Saturday, 5 December 2009

From Dar

We had to be at the bus station by 8 a.m. on Friday morning and the taxi driver told me it would take an hour to get there, with the traffic. It was arranged that he would pick me up at 7a.m.

In order to finalize my bill, I was down stairs by 6.30 (far too early for breakfast - the restaurant opened at 7 a.m.) The taxi driver was there already so we headed out right away. The traffic… well there wasn’t any - we got to the bus station by 6.45 for a 8.30 departure! I knew I had a wait. Fortunately Allen was there early also, so we at least had each other for company.


I had read on the internet that Scandinavian Line was the best service, but started having my doubts when busses started arriving. Allen assured me that these busses were going elsewhere, but the Arusha bus would be better. We spent the time watching literally hundreds of busses departing for all over the country, and other countries as well!


The time was progressing. 8.30 arrived and passed with no bus for Arusha. However, I was ready for this. You just have to “chill out”. There is nothing to be gained by getting excited. At about 9 a.m. The bus turned into the yard and we left by about 9.15 - only 45 minutes late, so that was not too bad.


Regardless of Allen’s claims, I could not see that this bus was ANY better than the others I saw, but it was comfortable and with all the windows open, it was not too hot. Apparently the air conditioning stopped working many years ago.

We are doing pretty good for about an hour and a half when the driver stopped to check the vehicle. He announced that there was a puncher, so there would be a short delay. Most of us got off the bus to see the free entertainment and after a while the offending wheel was off. So too were half the studs (the bolts that hold the wheel in place). This was not just a flat, if we continued we would be in real danger of loosing a wheel! Phone calls were made to headquarters, but to no avail.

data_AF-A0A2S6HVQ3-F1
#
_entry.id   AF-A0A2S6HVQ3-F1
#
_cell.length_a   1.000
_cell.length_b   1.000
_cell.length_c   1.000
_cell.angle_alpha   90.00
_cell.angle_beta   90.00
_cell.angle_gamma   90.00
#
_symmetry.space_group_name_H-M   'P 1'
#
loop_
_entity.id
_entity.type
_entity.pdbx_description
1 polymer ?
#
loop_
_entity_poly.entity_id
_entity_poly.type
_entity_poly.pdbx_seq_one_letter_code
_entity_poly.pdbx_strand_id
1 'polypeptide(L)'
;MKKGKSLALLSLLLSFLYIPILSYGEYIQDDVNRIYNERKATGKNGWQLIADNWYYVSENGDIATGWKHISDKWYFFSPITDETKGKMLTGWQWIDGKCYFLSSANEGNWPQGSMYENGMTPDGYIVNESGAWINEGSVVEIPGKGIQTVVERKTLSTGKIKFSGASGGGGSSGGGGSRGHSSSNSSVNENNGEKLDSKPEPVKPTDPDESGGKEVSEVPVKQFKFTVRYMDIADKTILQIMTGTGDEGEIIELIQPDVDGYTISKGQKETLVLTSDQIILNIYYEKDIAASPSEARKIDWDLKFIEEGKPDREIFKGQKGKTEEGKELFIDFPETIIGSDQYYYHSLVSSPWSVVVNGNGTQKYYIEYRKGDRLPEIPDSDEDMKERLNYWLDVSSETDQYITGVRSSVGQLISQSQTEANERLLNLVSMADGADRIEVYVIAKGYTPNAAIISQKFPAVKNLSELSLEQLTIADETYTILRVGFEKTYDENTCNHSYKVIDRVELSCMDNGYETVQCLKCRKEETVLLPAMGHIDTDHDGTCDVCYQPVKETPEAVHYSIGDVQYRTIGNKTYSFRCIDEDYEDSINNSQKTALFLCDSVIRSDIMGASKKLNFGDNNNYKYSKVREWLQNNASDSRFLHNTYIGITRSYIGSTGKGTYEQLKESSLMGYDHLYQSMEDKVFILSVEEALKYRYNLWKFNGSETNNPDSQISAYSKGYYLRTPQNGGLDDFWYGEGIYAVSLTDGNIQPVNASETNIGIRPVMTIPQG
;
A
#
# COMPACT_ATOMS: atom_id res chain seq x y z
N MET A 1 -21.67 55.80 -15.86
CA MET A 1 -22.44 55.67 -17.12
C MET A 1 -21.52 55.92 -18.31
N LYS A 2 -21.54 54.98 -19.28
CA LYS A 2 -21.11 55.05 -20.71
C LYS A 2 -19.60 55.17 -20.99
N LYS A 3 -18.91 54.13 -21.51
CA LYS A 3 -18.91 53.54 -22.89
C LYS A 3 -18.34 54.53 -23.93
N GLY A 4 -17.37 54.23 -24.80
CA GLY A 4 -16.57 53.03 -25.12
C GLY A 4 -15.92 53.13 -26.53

Finally it was decided to remove one of the other back wheels, take off some of their studs and put them on the offending wheel. This they did with the willing help of a number of young men and the free advice of most of those who had gathered to watch. We were in a small village and entertainment of this sort does not come by that often.

After about 2 hours the studs were swapped and the wheel replaced. The driver did not look too happy, but we headed off anyway. Apparently there was a mechanic headed our way, so we would have help if we needed it.


We drove on for about an hour or so when the driver stopped to check the wheel. He announced that it was getting very hot because of friction and we were in danger of loosing the rest of the studs. The wheel was the wrong sort and the nuts would no tighten up as they should. We were in REAL trouble.


I had an idea that they could swap the offending wheel for in inner wheel on the back of the bus. This would save the friction problem as the outside wheel would hold it firm. I was sure they did not want advice for a muzungu (white man) so I left them to work it out.


Eventually that is just what they did and after another 2 hour wait we were on our way. The mechanic did turn up eventually with the wrong studs, so he was not much help really, though he was able to do some of the heavy work and save the driver and his conductor.


We were finally off again and we had no other mechanical problems. Unfortunately we were still only about half away to Arusha.


It was about 6 hours of hard driving to go through some beautiful country, but also through some torrential rain. I would like to be driving! About 11.30 p.m. We finally arrived in Arusha. The bus dropped me at the apartments and I was ready to drop into bed!


Everyday in Tanzania is an adventure and I thank God for his care and goodness.

1 comment:

Jamie said...

Paul had it easy. At least with a shipwreck something happens, but when you're waiting around for a bus wheel to get fixed, there's not much you can do. Seriously though, I hope that it isn't too frustrating. Just think of Zanzibar ;)

Did you see what I'd put up on your Facebook wall about your blog?